In the 2 nationally-followed polling averages, RealClearPolitics and FiveThirtyEight, Biden’s disapproval has been consistently over 50% since October. His approval has also been under 45% in both averages since around the same time. While there is variation from poll to poll and day to day, Biden is sitting at an approval in the low 40s and a disapproval in the low 50s. The averages differ in that they include different polls, and FiveThirtyEight models the numbers so that there is less variation over time, while RealClearPolitics is a straight average of the most recent polls (so the latter bounces around a bit more). But the two averages and the individual pollsters that power them have been telling a fairly consistent story for the past few months. It’s possible that Biden’s average numbers will dip in the coming days — there may be some fresh anniversary polling that comes out after we publish this (early Thursday). For instance, Gallup found Biden at a 40%/56% spread in a poll released Tuesday, worse than the averages.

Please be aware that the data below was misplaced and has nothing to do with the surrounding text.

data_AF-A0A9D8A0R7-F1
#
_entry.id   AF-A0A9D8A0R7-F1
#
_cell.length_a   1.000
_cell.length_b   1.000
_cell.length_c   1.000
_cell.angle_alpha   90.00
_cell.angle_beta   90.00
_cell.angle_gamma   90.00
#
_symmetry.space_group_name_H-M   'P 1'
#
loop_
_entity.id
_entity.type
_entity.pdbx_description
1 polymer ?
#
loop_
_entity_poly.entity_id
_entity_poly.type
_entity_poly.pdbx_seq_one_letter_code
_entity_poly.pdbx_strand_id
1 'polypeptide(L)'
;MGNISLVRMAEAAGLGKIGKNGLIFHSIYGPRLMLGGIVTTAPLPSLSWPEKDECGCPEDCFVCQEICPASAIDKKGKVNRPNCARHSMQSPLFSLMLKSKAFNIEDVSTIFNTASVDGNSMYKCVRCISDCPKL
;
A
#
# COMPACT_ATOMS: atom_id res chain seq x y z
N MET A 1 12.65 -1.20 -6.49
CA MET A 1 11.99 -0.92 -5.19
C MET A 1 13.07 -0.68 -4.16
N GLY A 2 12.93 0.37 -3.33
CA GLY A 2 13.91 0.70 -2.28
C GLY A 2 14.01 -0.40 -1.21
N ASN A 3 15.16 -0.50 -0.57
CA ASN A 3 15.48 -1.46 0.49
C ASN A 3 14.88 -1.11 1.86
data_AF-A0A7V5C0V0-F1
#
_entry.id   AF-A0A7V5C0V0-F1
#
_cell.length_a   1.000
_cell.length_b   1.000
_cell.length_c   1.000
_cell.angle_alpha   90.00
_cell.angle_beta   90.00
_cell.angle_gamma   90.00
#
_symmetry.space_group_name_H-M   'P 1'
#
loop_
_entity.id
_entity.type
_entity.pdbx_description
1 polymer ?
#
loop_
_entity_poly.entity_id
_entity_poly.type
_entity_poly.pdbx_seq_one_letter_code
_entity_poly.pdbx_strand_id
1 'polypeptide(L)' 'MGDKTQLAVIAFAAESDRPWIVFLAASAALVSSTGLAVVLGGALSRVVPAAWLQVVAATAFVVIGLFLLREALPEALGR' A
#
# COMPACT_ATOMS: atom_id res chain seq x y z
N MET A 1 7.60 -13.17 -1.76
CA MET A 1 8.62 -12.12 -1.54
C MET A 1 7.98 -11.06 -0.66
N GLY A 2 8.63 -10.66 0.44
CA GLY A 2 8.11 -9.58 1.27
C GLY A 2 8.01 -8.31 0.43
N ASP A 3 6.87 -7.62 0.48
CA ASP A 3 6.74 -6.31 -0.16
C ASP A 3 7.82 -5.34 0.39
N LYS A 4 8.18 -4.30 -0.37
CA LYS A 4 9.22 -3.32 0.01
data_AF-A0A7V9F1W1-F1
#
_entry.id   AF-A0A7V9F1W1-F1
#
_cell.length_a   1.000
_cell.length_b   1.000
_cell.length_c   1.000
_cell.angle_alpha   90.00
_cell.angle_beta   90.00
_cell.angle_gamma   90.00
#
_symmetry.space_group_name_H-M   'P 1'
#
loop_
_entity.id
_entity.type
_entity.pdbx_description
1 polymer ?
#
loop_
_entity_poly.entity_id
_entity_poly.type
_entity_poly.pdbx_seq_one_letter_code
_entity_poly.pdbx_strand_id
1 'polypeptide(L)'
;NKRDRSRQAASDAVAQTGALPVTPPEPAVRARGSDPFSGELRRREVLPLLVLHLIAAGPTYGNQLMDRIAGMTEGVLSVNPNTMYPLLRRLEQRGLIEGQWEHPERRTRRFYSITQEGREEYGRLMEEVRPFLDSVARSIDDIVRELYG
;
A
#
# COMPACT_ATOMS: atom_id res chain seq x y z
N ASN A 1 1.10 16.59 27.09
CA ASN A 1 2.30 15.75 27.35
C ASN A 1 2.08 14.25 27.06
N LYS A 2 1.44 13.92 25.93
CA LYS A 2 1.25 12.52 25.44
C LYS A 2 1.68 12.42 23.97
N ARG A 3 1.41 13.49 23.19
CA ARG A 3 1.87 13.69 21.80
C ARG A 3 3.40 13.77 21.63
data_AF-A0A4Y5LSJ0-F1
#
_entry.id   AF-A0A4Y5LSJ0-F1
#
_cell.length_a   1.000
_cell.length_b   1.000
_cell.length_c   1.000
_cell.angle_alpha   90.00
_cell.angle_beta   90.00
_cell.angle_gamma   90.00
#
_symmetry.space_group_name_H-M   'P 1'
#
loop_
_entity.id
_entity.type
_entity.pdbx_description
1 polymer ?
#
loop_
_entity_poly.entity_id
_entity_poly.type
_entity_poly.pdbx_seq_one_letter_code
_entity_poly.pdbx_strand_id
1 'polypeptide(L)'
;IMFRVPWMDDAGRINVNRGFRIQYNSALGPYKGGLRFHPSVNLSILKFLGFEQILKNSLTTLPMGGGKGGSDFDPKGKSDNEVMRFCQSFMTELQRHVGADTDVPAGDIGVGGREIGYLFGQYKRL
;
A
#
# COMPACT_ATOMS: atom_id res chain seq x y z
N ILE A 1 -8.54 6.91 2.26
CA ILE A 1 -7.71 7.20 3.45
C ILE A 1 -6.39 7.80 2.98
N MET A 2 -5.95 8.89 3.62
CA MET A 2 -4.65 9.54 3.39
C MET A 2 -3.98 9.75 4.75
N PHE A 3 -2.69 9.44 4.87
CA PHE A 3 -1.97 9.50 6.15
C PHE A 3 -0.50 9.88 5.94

What should be disconcerting to the White House is that a year into Biden’s presidency, his numbers do not look that much different from those of the man he defeated in 2020, Donald Trump, at the same time of his presidency. Trump’s overall numbers were a little bit worse at this time 4 years ago — roughly 40% approve/55% disapprove in both averages — but they improved a bit during 2018 to about where Biden is now.

One of the hallmarks of Trump’s approval polling was that strong disapproval of his job performance typically was significantly higher than strong approval. The same is true for Biden.